Bob Ryan & the Burgeoning Boston Chapter of the Alex Gonzalez Fan Club
Bob Ryan took to the pages of the Boston Globe yesterday to list Alex Gonzalez's departure for Toronto as the latest in a series of shortstop mishandlings by Red Sox General Manager Theo Epstein. The logic seems to go something like this: Gonzalez suits my eye when I watch him field a baseball. He even hits a little bit. Theo has no credibility on shortstops. Therefore Gonzalez should have been retained.
But let's be perfectly clear on Alex Gonzalez. He's one of the very worst hitters in Major League Baseball and has been for a number of years running. He's now 33 years-old, and while his solid glove has made him as good as an average player or so in his best seasons, there is no reason for a championship-aspirant club to simply hand such a mediocrity the role. Not with Jed Lowrie in the fold, and not with Marco Scutaro very much available. Here's the class of hitter Gonzalez finds himself in, presented in a table of the worst hitters since 2005 as measured by OPS+ (min 1700 PA's):
But in fairness to Gonzalez, we should incorporate fielding into our analysis, something we can easily do thanks to Fangraphs' Wins Above Replacement (WAR) statistic. For a direct comparison to Scutaro, consider that in Gonzalez's two best seasons were 2.8 and 2.5 in 2003 and 2007 respectively. On the other hand, Scutaro, in his first two seasons as a full-timer in 2008 and 2009, averaged 3.6 Wins. Even if Scutaro should sign with Seattle or Texas or the Dodgers, Sean Smith projects Lowrie at .249/.334/.385 to Gonzalez's .249/.291/.374. Like Gonzalez, Lowrie has held up quite well with the glove at shortstop.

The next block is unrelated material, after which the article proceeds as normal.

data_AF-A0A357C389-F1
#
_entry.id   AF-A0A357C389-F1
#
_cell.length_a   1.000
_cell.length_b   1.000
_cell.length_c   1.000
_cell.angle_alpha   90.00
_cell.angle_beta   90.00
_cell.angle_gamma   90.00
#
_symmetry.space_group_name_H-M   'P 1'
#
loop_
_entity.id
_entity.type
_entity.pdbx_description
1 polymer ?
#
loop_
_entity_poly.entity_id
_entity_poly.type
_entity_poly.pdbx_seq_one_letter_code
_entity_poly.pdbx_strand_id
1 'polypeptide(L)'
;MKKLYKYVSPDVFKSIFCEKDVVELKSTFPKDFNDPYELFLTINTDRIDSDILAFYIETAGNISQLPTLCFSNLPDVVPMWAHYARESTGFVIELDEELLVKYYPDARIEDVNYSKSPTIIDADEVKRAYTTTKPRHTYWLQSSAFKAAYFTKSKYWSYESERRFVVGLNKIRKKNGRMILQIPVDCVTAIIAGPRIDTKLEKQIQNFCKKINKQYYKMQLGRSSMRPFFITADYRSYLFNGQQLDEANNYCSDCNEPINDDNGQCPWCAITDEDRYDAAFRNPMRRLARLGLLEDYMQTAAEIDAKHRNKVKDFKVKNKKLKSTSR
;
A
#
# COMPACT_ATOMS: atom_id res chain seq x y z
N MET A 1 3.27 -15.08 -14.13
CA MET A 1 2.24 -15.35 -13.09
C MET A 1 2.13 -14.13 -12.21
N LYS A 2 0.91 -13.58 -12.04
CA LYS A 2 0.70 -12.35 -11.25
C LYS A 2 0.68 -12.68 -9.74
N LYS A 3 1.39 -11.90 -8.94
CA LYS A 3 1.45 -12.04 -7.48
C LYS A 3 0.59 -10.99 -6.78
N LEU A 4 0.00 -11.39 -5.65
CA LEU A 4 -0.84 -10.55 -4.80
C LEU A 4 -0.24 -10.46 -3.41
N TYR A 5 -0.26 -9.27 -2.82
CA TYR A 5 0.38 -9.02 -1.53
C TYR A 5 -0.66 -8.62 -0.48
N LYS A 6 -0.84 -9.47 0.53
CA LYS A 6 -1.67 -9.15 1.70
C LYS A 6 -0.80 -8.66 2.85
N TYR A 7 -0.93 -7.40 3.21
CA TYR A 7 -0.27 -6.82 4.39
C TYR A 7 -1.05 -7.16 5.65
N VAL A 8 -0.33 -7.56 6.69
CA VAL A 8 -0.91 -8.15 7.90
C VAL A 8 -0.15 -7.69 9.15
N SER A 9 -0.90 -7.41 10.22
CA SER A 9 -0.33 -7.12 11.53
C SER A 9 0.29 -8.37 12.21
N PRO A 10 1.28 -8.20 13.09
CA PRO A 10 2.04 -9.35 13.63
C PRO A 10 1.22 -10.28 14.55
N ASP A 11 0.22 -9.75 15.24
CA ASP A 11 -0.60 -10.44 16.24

I feel for Bob Ryan and his loyal followers that they will have to wait for Gonzalez's number retirement ceremony to welcome their hero back to Fenway. But in the meantime, trust me, the Red Sox will be just fine without Alex Gonzalez.